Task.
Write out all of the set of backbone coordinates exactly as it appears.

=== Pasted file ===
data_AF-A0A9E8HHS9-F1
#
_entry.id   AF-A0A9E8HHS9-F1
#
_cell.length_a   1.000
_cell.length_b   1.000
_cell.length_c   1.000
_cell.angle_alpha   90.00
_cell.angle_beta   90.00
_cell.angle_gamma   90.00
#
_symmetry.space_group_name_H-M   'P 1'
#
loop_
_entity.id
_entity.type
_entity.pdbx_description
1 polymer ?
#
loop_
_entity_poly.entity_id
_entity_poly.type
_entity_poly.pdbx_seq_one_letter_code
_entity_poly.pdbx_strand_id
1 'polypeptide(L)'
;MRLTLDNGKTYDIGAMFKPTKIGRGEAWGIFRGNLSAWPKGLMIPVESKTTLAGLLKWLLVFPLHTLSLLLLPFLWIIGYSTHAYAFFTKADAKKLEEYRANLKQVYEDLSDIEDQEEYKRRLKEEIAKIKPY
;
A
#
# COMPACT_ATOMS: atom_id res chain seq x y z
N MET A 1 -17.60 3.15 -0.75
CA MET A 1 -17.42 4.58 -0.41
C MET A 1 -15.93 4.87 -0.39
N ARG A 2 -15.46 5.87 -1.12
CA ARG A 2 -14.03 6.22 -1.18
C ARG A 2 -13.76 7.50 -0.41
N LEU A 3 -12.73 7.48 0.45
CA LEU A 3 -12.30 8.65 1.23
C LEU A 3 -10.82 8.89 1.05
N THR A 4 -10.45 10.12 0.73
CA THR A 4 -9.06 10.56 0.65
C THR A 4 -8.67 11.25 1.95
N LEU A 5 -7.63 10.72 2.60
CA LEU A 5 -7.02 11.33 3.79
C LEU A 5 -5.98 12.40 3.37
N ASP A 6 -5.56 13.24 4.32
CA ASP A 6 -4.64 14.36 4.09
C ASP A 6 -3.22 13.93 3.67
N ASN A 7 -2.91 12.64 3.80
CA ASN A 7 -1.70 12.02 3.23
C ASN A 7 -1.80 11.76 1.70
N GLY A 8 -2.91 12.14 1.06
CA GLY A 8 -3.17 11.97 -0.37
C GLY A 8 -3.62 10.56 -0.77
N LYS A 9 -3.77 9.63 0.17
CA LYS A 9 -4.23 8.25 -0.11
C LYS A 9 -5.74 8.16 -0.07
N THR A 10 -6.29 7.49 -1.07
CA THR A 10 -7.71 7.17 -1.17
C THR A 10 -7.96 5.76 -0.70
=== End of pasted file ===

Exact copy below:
data_AF-A0A9E8HHS9-F1
#
_entry.id   AF-A0A9E8HHS9-F1
#
_cell.length_a   1.000
_cell.length_b   1.000
_cell.length_c   1.000
_cell.angle_alpha   90.00
_cell.angle_beta   90.00
_cell.angle_gamma   90.00
#
_symmetry.space_group_name_H-M   'P 1'
#
loop_
_entity.id
_entity.type
_entity.pdbx_description
1 polymer ?
#
loop_
_entity_poly.entity_id
_entity_poly.type
_entity_poly.pdbx_seq_one_letter_code
_entity_poly.pdbx_strand_id
1 'polypeptide(L)'
;MRLTLDNGKTYDIGAMFKPTKIGRGEAWGIFRGNLSAWPKGLMIPVESKTTLAGLLKWLLVFPLHTLSLLLLPFLWIIGYSTHAYAFFTKADAKKLEEYRANLKQVYEDLSDIEDQEEYKRRLKEEIAKIKPY
;
A
#
# COMPACT_ATOMS: atom_id res chain seq x y z
N MET A 1 -17.60 3.15 -0.75
CA MET A 1 -17.42 4.58 -0.41
C MET A 1 -15.93 4.87 -0.39
N ARG A 2 -15.46 5.87 -1.12
CA ARG A 2 -14.03 6.22 -1.18
C ARG A 2 -13.76 7.50 -0.41
N LEU A 3 -12.73 7.48 0.45
CA LEU A 3 -12.30 8.65 1.23
C LEU A 3 -10.82 8.89 1.05
N THR A 4 -10.45 10.12 0.73
CA THR A 4 -9.06 10.56 0.65
C THR A 4 -8.67 11.25 1.95
N LEU A 5 -7.63 10.72 2.60
CA LEU A 5 -7.02 11.33 3.79
C LEU A 5 -5.98 12.40 3.37
N ASP A 6 -5.56 13.24 4.32
CA ASP A 6 -4.64 14.36 4.09
C ASP A 6 -3.22 13.93 3.67
N ASN A 7 -2.91 12.64 3.80
CA ASN A 7 -1.70 12.02 3.23
C ASN A 7 -1.80 11.76 1.70
N GLY A 8 -2.91 12.14 1.06
CA GLY A 8 -3.17 11.97 -0.37
C GLY A 8 -3.62 10.56 -0.77
N LYS A 9 -3.77 9.63 0.17
CA LYS A 9 -4.23 8.25 -0.11
C LYS A 9 -5.74 8.16 -0.07
N THR A 10 -6.29 7.49 -1.07
CA THR A 10 -7.71 7.17 -1.17
C THR A 10 -7.96 5.76 -0.70